The Home Office was also busy compiling its own databases. These included one on cars, and a Suspect Index, for use by passport officials identifying politically dangerous or suspect people entering Britain. There were about 10,000 people on it, including the actress and political firebrand Vanessa Redgrave, and the radical politician and civil rights agitator Tariq Ali.

There was pressure on the government to pass legislation guarding against the collection of personal information by the government. This resulted in the Protection of Information Act. Although the government tried to pass this off as its own initiative, it was really due to pressure from the Council of Europe. Britain was threatened with a serious loss of trade with the continent unless we passed legislation protecting us from government spying. The Act was still unsatisfactory in a number of ways. One of the speakers in the documentary states that it basically said that so long as an official department notified the authorities of what they were doing, they could do it. The Inland Revenue, for example, gave personal information to other government departments, including the police. There were also provisions that allowed some official organisation to acquire information illegally, without leaving an official record that they had consulted individual personal records.

Episode 3: In Time of Crisis, covered the secret official obligations to America and its armed forces over here, which would come into effect in the horrific event of a nuclear war. They were based on those drawn up during the Second World War, but went far beyond them. They were drawn up by Peter Harvey and remained highly confidential. The government denied they existed, and they were even secret from parliament. It’s no wonder, as they effectively provided for the military occupation of Britain by the US and the creation of a highly authoritarian government.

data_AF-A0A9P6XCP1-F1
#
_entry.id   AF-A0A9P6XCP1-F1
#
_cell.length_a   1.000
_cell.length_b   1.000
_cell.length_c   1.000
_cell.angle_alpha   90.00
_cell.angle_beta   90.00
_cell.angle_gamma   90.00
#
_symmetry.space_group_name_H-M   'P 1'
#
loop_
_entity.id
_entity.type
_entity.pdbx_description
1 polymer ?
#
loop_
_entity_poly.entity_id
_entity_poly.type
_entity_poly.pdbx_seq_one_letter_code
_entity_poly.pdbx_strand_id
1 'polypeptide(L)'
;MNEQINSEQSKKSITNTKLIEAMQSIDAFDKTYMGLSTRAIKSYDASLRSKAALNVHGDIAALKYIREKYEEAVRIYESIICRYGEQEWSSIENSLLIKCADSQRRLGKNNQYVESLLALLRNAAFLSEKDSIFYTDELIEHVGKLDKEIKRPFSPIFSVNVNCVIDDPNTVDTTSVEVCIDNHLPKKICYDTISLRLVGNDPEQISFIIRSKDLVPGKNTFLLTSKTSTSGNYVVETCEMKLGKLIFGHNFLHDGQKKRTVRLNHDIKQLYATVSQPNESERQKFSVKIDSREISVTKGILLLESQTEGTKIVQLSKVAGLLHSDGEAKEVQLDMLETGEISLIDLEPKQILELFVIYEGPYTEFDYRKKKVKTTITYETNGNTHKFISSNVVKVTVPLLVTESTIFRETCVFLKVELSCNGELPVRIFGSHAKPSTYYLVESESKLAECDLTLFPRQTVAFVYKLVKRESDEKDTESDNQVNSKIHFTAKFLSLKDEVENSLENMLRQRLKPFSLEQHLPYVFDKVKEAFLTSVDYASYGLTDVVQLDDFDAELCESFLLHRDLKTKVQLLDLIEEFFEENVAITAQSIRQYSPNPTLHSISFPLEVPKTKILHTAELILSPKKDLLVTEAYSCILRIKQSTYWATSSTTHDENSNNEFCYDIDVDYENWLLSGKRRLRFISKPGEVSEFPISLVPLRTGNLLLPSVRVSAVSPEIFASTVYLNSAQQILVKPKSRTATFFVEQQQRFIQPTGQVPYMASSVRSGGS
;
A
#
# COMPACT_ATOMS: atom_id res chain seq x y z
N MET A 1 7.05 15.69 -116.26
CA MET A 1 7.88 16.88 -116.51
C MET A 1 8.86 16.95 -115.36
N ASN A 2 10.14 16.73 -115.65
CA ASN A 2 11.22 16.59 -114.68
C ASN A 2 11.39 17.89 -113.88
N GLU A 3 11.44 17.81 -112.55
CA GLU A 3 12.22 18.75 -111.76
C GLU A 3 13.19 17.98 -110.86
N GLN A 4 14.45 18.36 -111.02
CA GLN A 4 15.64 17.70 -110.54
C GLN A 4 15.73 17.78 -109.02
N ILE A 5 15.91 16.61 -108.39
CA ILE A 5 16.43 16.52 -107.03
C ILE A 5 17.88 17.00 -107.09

If the unthinkable had occurred, the treaty provided for the selective arrest of dissidents and protestors, including the mass internment of pacifists and political opponents. The government would also pass a series of measures to control transport and movement by the public. These were aimed at controlling panicking crowds as well as political dissidents. Refugees were to be kept off the roads, which would be reserved for the armed forces. Whole areas around military bases, some stretching for miles, would be placed under military control. Officially, the British police would retain their primacy in the relationship between British and American forces. In reality, American forces would be used to suppress British dissidents. Civilian government would also leave the ruins of London, to direct events from a secret national centre. The programme gave the estimated numbers of American troops that would enter Britain to fight the war. In its first stage, there would be about 75,000 American troops stationed here. This would rise to 3-400,000. Amongst other resources, holiday ferries would be commandeered to ferry American troops to and from mainland Europe.

The treaty also provided for the requisitioning of important supplies and the imposition of conscript labour. All oil would become national property, including that in private cars, and reserved for official use. Hospitals would also be obliged to treat combat troops, who would take priority over civilians. The treaty was signed in 1973 under Ted Heath. Kenneth Clarke even took steps to identify those with the necessary skills required in wartime, who would be drafted into working and labouring for the government.

Finally, the treaty allowed the establishment of secret courts, and the operation of government without any democratic controls or safeguards.

Britain was not the only country by far that negotiated a treaty like this. A similar agreement was concluded between the Americans and Germany, and by 13 other nations. Unlike Britain, Germany’s treaty with the US was a matter of public record and not a state secret. In fact, Britain out of fifteen nations was unique in keeping the treaty secret.